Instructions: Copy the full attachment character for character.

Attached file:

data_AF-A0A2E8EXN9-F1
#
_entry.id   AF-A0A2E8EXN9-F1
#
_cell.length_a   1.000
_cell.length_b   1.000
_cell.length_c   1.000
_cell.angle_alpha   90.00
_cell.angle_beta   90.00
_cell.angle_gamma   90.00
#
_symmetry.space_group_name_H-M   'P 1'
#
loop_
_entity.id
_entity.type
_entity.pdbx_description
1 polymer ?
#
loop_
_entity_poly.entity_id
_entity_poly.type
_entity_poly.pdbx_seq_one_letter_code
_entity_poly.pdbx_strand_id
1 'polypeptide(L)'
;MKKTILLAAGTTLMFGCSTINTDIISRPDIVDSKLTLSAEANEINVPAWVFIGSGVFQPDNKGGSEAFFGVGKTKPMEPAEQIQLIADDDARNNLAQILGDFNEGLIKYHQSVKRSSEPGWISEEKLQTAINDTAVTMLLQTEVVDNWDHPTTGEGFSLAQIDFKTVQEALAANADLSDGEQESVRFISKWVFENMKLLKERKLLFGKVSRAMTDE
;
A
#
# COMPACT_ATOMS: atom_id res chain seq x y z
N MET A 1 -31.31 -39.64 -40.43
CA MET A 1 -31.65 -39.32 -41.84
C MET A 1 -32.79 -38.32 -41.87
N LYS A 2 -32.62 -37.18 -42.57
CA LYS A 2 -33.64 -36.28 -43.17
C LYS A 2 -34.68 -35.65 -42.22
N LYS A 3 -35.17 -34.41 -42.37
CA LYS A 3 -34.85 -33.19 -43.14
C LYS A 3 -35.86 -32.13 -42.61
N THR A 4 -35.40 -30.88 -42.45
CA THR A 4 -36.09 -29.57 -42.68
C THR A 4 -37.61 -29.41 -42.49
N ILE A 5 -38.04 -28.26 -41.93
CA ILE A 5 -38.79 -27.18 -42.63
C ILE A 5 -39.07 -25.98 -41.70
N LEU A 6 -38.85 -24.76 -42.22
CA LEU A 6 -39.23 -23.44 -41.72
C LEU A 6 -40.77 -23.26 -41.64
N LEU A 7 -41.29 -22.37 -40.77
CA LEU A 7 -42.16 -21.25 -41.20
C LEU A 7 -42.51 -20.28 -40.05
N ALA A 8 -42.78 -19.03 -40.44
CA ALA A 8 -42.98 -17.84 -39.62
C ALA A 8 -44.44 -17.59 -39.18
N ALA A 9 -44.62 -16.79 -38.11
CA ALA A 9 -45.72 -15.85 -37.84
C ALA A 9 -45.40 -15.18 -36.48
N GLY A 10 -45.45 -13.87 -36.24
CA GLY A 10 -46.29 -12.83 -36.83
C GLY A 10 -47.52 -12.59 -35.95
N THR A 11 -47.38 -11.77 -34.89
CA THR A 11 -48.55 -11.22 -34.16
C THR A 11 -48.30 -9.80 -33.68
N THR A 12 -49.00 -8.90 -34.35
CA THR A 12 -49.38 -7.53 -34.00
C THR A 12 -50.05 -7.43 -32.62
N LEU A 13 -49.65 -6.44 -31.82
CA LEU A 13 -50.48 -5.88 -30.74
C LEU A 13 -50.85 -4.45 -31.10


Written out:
data_AF-A0A2E8EXN9-F1
#
_entry.id   AF-A0A2E8EXN9-F1
#
_cell.length_a   1.000
_cell.length_b   1.000
_cell.length_c   1.000
_cell.angle_alpha   90.00
_cell.angle_beta   90.00
_cell.angle_gamma   90.00
#
_symmetry.space_group_name_H-M   'P 1'
#
loop_
_entity.id
_entity.type
_entity.pdbx_description
1 polymer ?
#
loop_
_entity_poly.entity_id
_entity_poly.type
_entity_poly.pdbx_seq_one_letter_code
_entity_poly.pdbx_strand_id
1 'polypeptide(L)'
;MKKTILLAAGTTLMFGCSTINTDIISRPDIVDSKLTLSAEANEINVPAWVFIGSGVFQPDNKGGSEAFFGVGKTKPMEPAEQIQLIADDDARNNLAQILGDFNEGLIKYHQSVKRSSEPGWISEEKLQTAINDTAVTMLLQTEVVDNWDHPTTGEGFSLAQIDFKTVQEALAANADLSDGEQESVRFISKWVFENMKLLKERKLLFGKVSRAMTDE
;
A
#
# COMPACT_ATOMS: atom_id res chain seq x y z
N MET A 1 -31.31 -39.64 -40.43
CA MET A 1 -31.65 -39.32 -41.84
C MET A 1 -32.79 -38.32 -41.87
N LYS A 2 -32.62 -37.18 -42.57
CA LYS A 2 -33.64 -36.28 -43.17
C LYS A 2 -34.68 -35.65 -42.22
N LYS A 3 -35.17 -34.41 -42.37
CA LYS A 3 -34.85 -33.19 -43.14
C LYS A 3 -35.86 -32.13 -42.61
N THR A 4 -35.40 -30.88 -42.45
CA THR A 4 -36.09 -29.57 -42.68
C THR A 4 -37.61 -29.41 -42.49
N ILE A 5 -38.04 -28.26 -41.93
CA ILE A 5 -38.79 -27.18 -42.63
C ILE A 5 -39.07 -25.98 -41.70
N LEU A 6 -38.85 -24.76 -42.22
CA LEU A 6 -39.23 -23.44 -41.72
C LEU A 6 -40.77 -23.26 -41.64
N LEU A 7 -41.29 -22.37 -40.77
CA LEU A 7 -42.16 -21.25 -41.20
C LEU A 7 -42.51 -20.28 -40.05
N ALA A 8 -42.78 -19.03 -40.44
CA ALA A 8 -42.98 -17.84 -39.62
C ALA A 8 -44.44 -17.59 -39.18
N ALA A 9 -44.62 -16.79 -38.11
CA ALA A 9 -45.72 -15.85 -37.84
C ALA A 9 -45.40 -15.18 -36.48
N GLY A 10 -45.45 -13.87 -36.24
CA GLY A 10 -46.29 -12.83 -36.83
C GLY A 10 -47.52 -12.59 -35.95
N THR A 11 -47.38 -11.77 -34.89
CA THR A 11 -48.55 -11.22 -34.16
C THR A 11 -48.30 -9.80 -33.68
N THR A 12 -49.00 -8.90 -34.35
CA THR A 12 -49.38 -7.53 -34.00
C THR A 12 -50.05 -7.43 -32.62
N LEU A 13 -49.65 -6.44 -31.82
CA LEU A 13 -50.48 -5.88 -30.74
C LEU A 13 -50.85 -4.45 -31.10